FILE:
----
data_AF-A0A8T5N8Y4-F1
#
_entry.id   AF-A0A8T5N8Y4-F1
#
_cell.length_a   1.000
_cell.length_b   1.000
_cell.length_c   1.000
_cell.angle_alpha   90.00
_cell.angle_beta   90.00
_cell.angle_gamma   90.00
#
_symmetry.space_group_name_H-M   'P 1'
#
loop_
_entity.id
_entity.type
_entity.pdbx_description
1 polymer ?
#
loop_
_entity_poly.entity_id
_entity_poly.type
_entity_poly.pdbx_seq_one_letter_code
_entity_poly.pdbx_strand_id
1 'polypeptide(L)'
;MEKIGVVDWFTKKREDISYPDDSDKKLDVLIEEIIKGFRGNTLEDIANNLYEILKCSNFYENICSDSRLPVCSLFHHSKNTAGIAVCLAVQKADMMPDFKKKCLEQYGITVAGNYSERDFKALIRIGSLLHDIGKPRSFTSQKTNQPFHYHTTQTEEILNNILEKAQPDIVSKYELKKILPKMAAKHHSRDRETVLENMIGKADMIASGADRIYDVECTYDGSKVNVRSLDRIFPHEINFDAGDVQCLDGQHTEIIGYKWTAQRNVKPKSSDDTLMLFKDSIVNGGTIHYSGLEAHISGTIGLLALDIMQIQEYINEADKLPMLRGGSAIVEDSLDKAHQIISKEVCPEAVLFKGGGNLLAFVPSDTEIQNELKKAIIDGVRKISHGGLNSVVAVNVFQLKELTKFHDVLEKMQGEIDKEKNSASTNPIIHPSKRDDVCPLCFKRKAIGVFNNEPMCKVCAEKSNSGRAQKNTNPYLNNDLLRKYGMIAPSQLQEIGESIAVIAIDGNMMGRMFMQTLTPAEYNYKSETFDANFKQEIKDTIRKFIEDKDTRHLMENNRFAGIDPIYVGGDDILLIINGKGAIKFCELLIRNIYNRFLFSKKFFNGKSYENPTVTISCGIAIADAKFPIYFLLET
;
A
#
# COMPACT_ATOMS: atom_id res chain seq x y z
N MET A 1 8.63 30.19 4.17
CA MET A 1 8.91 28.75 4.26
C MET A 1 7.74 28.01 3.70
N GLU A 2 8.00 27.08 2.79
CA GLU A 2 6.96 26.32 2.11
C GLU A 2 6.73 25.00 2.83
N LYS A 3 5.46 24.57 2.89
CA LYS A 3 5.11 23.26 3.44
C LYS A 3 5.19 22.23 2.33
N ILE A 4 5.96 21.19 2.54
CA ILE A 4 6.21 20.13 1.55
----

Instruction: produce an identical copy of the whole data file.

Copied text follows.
data_AF-A0A8T5N8Y4-F1
#
_entry.id   AF-A0A8T5N8Y4-F1
#
_cell.length_a   1.000
_cell.length_b   1.000
_cell.length_c   1.000
_cell.angle_alpha   90.00
_cell.angle_beta   90.00
_cell.angle_gamma   90.00
#
_symmetry.space_group_name_H-M   'P 1'
#
loop_
_entity.id
_entity.type
_entity.pdbx_description
1 polymer ?
#
loop_
_entity_poly.entity_id
_entity_poly.type
_entity_poly.pdbx_seq_one_letter_code
_entity_poly.pdbx_strand_id
1 'polypeptide(L)'
;MEKIGVVDWFTKKREDISYPDDSDKKLDVLIEEIIKGFRGNTLEDIANNLYEILKCSNFYENICSDSRLPVCSLFHHSKNTAGIAVCLAVQKADMMPDFKKKCLEQYGITVAGNYSERDFKALIRIGSLLHDIGKPRSFTSQKTNQPFHYHTTQTEEILNNILEKAQPDIVSKYELKKILPKMAAKHHSRDRETVLENMIGKADMIASGADRIYDVECTYDGSKVNVRSLDRIFPHEINFDAGDVQCLDGQHTEIIGYKWTAQRNVKPKSSDDTLMLFKDSIVNGGTIHYSGLEAHISGTIGLLALDIMQIQEYINEADKLPMLRGGSAIVEDSLDKAHQIISKEVCPEAVLFKGGGNLLAFVPSDTEIQNELKKAIIDGVRKISHGGLNSVVAVNVFQLKELTKFHDVLEKMQGEIDKEKNSASTNPIIHPSKRDDVCPLCFKRKAIGVFNNEPMCKVCAEKSNSGRAQKNTNPYLNNDLLRKYGMIAPSQLQEIGESIAVIAIDGNMMGRMFMQTLTPAEYNYKSETFDANFKQEIKDTIRKFIEDKDTRHLMENNRFAGIDPIYVGGDDILLIINGKGAIKFCELLIRNIYNRFLFSKKFFNGKSYENPTVTISCGIAIADAKFPIYFLLET
;
A
#
# COMPACT_ATOMS: atom_id res chain seq x y z
N MET A 1 8.63 30.19 4.17
CA MET A 1 8.91 28.75 4.26
C MET A 1 7.74 28.01 3.70
N GLU A 2 8.00 27.08 2.79
CA GLU A 2 6.96 26.32 2.11
C GLU A 2 6.73 25.00 2.83
N LYS A 3 5.46 24.57 2.89
CA LYS A 3 5.11 23.26 3.44
C LYS A 3 5.19 22.23 2.33
N ILE A 4 5.96 21.19 2.54
CA ILE A 4 6.21 20.13 1.55